Colleges pip schools at improving A-levels

Pass rates are increasing faster than in comprehensive rivals

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Colleges have the edge on schools when it comes to improving students' A-level performance. Analysis by exam boards reveals that college passes at grade E have increased by 4.6 per cent since 2002, and A-grades have increased at the same rate. In comprehensives with sixth forms, the pass rate has increased by only 2.7 per cent over the same period. For A-grades, school passes went up 3.9 per cent.

But while colleges are beating their comprehensive rivals in terms of grade improvement since 2002, they are still outstripped by private and selective state schools.

Joy Mercer, quality manager at the Association of Colleges (AoC), said much of the improvement could be attributed to the quality of teaching. Ofsted inspections have shown steady improvement since 2002, resulting in record numbers of colleges being rated outstanding.

"Sixth form colleges can offer a wider range of courses and are offering courses which schools are too small to provide, subjects like Latin and even physics," Ms Mercer said.

She said the planning of the Learning and Skills Council since its creation in 2001, and the new sixth form colleges, have contributed to the success of further education. However, she conceded the praise comes "too late" for the council, which will be abolished by 2010 when responsibility for education up to 19 will be restored to local authorities.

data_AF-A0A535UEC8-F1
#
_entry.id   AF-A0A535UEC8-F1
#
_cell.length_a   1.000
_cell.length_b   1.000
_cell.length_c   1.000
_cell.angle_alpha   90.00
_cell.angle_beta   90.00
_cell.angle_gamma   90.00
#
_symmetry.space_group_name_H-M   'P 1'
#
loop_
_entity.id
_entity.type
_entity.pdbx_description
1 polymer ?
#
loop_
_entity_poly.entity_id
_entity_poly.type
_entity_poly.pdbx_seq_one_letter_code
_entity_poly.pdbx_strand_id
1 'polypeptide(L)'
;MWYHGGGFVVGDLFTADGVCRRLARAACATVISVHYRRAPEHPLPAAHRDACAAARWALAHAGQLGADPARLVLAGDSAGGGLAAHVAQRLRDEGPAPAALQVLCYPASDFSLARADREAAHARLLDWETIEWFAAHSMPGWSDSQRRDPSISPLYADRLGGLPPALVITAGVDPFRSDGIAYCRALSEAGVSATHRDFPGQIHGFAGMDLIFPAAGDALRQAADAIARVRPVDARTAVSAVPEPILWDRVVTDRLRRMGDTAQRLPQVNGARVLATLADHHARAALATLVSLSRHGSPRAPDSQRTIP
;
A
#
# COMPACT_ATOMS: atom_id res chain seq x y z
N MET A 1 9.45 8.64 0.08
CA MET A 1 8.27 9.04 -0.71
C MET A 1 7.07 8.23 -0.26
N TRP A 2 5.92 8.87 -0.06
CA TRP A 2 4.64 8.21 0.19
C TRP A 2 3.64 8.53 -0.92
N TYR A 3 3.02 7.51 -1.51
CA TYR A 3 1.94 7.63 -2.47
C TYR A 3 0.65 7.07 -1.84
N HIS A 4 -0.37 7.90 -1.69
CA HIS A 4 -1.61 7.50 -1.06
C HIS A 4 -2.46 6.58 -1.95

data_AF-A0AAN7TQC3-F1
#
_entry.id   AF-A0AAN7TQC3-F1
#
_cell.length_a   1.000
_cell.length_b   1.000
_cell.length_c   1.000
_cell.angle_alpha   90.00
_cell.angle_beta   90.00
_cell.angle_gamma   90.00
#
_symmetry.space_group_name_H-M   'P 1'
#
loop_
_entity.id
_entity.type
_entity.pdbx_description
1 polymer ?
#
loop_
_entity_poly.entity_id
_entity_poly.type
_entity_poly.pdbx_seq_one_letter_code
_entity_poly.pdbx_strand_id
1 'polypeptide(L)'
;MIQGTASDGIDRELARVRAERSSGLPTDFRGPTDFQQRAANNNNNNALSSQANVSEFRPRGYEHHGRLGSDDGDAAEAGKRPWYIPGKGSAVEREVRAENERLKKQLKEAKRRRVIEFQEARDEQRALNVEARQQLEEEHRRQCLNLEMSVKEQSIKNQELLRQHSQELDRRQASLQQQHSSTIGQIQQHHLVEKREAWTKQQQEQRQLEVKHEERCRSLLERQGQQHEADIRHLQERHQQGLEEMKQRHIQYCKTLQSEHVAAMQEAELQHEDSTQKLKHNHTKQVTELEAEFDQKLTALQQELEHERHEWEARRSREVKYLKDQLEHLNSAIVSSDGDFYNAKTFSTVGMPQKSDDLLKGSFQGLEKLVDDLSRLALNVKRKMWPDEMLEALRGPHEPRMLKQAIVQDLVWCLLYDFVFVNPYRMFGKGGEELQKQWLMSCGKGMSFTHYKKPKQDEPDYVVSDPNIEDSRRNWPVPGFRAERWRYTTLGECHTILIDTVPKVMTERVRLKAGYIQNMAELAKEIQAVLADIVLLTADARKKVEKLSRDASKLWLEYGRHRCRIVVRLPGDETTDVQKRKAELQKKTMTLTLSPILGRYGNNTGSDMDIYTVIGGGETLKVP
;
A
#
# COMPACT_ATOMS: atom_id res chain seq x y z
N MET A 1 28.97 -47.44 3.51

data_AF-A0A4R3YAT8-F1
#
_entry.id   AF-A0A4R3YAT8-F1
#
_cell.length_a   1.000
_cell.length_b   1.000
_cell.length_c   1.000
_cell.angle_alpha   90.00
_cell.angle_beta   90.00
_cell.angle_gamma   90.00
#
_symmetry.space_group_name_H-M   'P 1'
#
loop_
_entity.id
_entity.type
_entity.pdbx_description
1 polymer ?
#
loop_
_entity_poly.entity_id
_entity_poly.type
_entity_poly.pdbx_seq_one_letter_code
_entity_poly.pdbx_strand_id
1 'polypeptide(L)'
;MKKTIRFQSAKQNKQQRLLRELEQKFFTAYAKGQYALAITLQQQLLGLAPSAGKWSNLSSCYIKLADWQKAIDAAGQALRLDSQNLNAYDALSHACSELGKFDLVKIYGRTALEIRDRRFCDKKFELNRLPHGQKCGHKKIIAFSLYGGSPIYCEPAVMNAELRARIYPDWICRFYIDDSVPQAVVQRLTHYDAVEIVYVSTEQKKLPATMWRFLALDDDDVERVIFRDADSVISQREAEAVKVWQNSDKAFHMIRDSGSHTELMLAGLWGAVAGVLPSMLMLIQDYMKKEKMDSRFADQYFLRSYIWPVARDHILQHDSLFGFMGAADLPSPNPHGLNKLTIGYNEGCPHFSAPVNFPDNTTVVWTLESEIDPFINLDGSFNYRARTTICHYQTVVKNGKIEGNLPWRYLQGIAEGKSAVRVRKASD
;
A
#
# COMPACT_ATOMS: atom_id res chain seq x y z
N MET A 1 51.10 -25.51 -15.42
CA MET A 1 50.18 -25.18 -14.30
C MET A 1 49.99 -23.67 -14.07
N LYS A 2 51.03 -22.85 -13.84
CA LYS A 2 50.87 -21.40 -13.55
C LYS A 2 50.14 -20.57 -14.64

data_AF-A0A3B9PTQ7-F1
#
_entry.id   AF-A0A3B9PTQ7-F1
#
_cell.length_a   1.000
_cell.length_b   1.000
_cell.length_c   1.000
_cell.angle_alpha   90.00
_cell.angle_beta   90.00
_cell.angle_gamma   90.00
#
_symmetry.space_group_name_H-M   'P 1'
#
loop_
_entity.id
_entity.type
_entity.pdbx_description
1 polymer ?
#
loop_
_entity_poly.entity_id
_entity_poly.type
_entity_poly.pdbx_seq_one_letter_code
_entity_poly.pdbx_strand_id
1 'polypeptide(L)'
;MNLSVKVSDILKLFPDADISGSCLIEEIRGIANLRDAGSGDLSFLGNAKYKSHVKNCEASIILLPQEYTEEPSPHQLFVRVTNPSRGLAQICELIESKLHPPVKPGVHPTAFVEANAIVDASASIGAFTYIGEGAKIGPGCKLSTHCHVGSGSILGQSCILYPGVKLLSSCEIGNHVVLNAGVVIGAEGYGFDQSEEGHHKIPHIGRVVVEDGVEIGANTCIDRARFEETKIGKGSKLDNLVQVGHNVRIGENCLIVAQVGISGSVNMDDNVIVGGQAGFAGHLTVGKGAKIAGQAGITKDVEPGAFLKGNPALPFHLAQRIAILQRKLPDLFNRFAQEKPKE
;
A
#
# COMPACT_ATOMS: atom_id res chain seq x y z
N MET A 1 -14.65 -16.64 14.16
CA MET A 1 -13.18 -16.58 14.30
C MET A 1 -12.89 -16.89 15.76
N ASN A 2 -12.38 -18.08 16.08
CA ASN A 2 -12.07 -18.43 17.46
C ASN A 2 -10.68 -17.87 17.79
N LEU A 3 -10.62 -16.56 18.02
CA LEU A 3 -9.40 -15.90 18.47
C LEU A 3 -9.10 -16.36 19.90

Some principals have raised concerns about the ability of local authorities to maintain an objective view of the potential of sixth form and further education colleges.

Ms Mercer believes the performance of colleges is likely to remain high because the rise in Ofsted grades has proved their ability to manage their own destiny.

The performance of colleges and other training providers in improving vocational pass rates is to be made public as part of vocational qualifications day. The first such day was held on July 23, when national pass rates were published by the Edge Foundation, the charity that promotes practical training. This means that any trends in performance will be apparent from next year onwards.

While the Edge Foundation and colleges continue to make the case for vocational qualifications, the AoC hopes the latest A-level research will highlight colleges' ability to compete with schools in delivering academic qualifications.

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